This week, Zebra Technologies launched an interesting social-media contest known as "Imagine More." The contest, being run on Zebra's Facebook page, challenges the general public to submit ideas about how radio frequency identification technology might be used to solve "anything from a simple household problem to a global social issue."
During the contest, qualifying participants can win prizes, such as gift cards, electronics and promotional merchandise. A panel of RFID technology experts will select the best submission, and the winning contestant will receive the opportunity to bring his or her RFID idea to life through $10,000 worth of Zebra Technologies solutions, as well as the consultative support of a Zebra engineer.
The contest, according to a press release, "is meant to encourage deeper conversations about RFID and inspire not only the technologically savvy," but also "positive ways today's technology can impact tomorrow's world."
To enter, a person simply visits the "Imagine More" contest on Zebra Technologies global Facebook page and enters his or her name, phone number, e-mail address and RFID-related idea. Participants can upload supporting photographs or videos to enhance their submissions, and they can learn more about RFID technology at zebra.com.
There are a number of things that I find interesting about this contest. One is that it is being promoted via Facebook and is clearly aimed at the general public, and not Zebra's usual business-to-business audience. Will this help Zebra sell more products? It's difficult to say, but I believe it will help promote Zebra as a force in the RFID industry.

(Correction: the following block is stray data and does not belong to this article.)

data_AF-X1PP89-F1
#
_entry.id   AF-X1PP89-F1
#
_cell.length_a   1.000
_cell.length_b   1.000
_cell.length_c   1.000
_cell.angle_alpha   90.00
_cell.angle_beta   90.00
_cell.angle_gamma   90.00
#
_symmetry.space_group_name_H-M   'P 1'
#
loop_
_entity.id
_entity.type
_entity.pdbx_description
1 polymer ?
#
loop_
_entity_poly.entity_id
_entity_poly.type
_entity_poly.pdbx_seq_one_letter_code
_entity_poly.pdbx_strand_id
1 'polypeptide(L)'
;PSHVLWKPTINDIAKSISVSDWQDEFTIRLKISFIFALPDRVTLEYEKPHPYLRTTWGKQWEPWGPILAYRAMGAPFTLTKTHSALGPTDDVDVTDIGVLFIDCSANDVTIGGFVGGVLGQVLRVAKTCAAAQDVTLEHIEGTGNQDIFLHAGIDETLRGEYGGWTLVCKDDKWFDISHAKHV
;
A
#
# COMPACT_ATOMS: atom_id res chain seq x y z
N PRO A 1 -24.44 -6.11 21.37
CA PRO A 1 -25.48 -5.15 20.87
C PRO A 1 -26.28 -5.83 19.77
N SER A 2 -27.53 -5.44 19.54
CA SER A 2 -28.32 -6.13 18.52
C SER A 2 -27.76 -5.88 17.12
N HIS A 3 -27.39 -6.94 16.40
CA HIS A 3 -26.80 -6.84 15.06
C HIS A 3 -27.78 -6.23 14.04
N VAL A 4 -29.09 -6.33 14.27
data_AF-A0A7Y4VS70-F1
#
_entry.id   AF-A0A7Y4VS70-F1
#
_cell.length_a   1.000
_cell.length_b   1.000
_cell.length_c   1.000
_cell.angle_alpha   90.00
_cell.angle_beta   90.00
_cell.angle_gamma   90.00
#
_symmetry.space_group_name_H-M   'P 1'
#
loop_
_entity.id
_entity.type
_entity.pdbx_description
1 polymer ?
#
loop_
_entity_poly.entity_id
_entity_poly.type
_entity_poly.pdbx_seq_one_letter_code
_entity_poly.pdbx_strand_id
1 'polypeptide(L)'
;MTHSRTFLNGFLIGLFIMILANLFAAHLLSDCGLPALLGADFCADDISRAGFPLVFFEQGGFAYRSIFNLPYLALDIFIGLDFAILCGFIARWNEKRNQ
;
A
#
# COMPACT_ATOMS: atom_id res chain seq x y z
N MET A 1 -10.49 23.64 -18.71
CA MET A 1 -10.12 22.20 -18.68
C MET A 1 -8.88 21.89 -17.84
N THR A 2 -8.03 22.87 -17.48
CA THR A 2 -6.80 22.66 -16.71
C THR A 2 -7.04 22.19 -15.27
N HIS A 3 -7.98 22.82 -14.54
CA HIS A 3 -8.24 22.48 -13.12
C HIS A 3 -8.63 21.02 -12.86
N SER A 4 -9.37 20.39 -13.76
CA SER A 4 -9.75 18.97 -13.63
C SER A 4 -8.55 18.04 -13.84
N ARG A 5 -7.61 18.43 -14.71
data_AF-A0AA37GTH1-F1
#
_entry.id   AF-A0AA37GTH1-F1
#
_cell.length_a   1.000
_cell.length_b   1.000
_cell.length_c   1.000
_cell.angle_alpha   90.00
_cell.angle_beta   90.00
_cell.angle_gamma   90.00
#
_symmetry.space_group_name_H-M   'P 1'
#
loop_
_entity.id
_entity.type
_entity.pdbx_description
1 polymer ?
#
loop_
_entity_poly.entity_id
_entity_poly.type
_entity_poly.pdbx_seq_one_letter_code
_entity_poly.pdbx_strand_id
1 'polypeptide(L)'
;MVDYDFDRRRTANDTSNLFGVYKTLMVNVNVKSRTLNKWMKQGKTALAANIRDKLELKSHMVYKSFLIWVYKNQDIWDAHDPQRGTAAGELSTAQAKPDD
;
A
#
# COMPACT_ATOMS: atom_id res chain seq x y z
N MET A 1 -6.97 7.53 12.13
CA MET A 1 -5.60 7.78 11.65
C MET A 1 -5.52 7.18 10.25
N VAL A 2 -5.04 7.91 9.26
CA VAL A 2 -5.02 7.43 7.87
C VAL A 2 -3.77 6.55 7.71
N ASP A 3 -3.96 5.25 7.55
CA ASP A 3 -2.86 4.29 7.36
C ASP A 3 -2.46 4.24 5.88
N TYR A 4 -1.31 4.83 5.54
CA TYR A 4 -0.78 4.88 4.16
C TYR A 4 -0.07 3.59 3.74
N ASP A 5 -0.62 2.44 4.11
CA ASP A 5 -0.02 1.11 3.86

What I find particularly noteworthy is that Zebra clearly wants to be known among consumers as an RFID company. A few years ago, businesses perceived that consumers saw RFID as a tool to invade their privacy, and many did not want to be known as RFID companies. So it would appear that the technology's public image is changing (unless Zebra has misread the public mood, which I do not think is the case).
Another thing that is interesting is the concept of using RFID to promote the public good; other entities have run similar contests. I have always believed that the technology will benefit consumers as well as businesspeople. Approximately 20 percent of all food spoils in the supply chain. Improved tracking of food shipments and their temperatures via RFID sensors could reduce that number dramatically, bringing down prices for everyone. And that's just one small example.
I'm sure the Zebra contest will receive some great ideas.